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Analytical summary - Health information, research, evidence and knowledge

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In the Gambia, the emergence and growth of information societies, together with the role of information and communications technologies, has led not only to rapid universal access and utilization of health information but also to enhanced effective monitoring of trends in health status of communities, especially towards achieving the health-related Millennium Development Goals by 2015, the Programme for Accelerated Growth and Employment,[1] and Vision 2020.

Generation of evidence and knowledge through research, including sharing and exchanging health information with many stakeholders across geographical boundaries through multiple channels including the Internet, libraries, seminars, conferences and workshops, and other information centres, is critical for making informed decisions at all levels.

The Government of the Gambia has created an enabling environment with the development of appropriate policies and strategies, supported by well-elaborated legal, institutional and regulatory frameworks, that optimize the uptake of information and communications technologies as well as health-related information and services geared towards reducing poverty, enhancing growth and promoting sustained development. Against this backdrop, sector programmes have been established with a series of projects implemented, including:

  • needs assessments
  • policy planning capacity enhancements
  • phased implementation of e-government strategies with that of e-health.

Strengths include establishing:

  • a national information and communications infrastructure;
  • a national health management information system;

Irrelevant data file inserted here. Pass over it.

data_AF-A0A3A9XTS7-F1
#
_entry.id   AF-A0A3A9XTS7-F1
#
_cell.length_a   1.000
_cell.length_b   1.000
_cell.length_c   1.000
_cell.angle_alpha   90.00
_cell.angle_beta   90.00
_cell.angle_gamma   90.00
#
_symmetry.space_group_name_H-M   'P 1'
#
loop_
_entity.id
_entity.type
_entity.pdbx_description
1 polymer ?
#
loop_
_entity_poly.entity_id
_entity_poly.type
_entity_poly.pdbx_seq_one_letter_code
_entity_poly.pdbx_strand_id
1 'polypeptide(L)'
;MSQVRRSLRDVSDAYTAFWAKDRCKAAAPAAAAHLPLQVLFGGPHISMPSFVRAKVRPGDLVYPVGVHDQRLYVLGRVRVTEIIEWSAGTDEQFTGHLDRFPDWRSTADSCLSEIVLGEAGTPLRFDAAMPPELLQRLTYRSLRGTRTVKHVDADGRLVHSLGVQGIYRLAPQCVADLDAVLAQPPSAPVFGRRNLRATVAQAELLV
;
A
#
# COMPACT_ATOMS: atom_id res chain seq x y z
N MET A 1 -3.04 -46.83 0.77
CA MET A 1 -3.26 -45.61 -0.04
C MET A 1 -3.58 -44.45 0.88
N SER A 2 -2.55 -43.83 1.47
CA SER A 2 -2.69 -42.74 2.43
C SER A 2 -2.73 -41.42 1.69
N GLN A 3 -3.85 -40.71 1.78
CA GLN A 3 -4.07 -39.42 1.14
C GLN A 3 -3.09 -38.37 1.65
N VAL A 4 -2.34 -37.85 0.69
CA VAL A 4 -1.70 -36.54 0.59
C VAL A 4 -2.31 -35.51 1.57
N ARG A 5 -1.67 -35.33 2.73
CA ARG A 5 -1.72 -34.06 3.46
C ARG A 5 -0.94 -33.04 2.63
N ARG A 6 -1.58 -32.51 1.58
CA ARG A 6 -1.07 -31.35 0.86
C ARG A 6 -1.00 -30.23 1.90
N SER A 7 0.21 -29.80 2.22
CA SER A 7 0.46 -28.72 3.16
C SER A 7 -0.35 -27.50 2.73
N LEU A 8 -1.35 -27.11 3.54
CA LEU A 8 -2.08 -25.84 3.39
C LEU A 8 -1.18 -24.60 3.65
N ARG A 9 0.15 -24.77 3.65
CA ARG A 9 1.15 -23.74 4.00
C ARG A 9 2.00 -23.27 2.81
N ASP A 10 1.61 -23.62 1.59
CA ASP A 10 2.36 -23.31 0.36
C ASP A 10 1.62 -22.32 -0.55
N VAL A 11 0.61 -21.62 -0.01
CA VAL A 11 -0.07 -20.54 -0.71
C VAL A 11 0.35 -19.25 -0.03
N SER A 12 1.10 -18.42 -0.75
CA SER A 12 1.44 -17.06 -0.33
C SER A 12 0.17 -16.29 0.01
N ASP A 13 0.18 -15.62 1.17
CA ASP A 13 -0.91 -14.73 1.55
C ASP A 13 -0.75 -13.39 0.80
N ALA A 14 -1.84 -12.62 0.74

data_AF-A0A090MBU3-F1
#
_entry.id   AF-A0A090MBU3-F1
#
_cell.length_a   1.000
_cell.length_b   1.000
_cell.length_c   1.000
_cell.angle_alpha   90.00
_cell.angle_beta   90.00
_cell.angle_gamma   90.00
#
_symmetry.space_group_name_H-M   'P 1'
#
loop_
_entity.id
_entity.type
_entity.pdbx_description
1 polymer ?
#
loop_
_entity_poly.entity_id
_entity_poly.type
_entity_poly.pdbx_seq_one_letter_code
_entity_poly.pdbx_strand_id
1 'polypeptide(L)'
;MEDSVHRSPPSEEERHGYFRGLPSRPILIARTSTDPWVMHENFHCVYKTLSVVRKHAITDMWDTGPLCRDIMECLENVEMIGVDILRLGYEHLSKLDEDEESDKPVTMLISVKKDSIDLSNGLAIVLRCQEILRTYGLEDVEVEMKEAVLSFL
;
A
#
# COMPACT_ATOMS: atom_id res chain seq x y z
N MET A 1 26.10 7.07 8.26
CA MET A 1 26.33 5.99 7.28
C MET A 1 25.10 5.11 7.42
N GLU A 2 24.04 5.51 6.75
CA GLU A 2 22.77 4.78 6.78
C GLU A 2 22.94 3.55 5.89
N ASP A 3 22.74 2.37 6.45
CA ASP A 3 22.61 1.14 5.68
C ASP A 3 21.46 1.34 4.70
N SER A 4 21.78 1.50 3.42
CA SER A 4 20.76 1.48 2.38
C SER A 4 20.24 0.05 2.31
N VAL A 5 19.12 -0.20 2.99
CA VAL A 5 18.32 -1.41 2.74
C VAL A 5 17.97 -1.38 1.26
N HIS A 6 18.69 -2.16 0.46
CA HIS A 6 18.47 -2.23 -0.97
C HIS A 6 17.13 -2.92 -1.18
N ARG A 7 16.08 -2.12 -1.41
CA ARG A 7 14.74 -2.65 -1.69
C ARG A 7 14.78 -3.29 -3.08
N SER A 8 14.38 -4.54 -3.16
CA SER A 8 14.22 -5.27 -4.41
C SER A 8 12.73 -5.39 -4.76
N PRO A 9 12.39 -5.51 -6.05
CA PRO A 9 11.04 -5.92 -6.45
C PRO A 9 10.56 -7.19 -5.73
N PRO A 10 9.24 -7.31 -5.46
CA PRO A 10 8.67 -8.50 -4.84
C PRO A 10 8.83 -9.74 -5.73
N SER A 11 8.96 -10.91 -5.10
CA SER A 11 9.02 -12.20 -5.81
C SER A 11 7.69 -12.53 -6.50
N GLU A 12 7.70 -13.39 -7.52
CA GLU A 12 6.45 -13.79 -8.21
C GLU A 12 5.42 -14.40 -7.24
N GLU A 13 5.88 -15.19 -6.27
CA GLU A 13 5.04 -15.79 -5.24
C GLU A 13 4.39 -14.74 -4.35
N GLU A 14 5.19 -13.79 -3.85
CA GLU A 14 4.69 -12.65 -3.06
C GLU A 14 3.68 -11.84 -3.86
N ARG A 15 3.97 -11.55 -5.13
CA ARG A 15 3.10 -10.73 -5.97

• an expanded access to both local area networks or wide area network at central and regional levels, including provision of the Internet to most health facilities with improved data management.

However, despite the availability and introduction of routine data collection and management tools into the health management information system, specific research data collection and management guidelines have not been developed. Lack of such tools poses a challenge not only for the management of research data but also for the systematic collection, management, effective utilization and dissemination of information generated from research. In addition to these challenges and weaknesses, little or no research capacity or structures exist in the Ministry of Health and Social Welfare and this is further compounded by limited access to research findings.

The link between policy-making and decision-making processes and research remains weak, largely owing to lack of a common national platform for the setting of health research agenda. Mechanisms for determining priorities in the area of health research are also not in place. Access to existing global health information has been facilitated through:

  • roll-out of the e-government strategy;
  • implementation of information and communications technology applications;
  • extension of Internet connectivity through government services, web presence and provision of services online.

Availability and use of health libraries and information centres are limited given resources constraints within the country.

References

  1. Program for Accelerated Growth and Employment (PAGE) 2012–2015 (pdf 3.96Mb). Banjul, Government of he Gambia, Ministry of Finance and Economic Affairs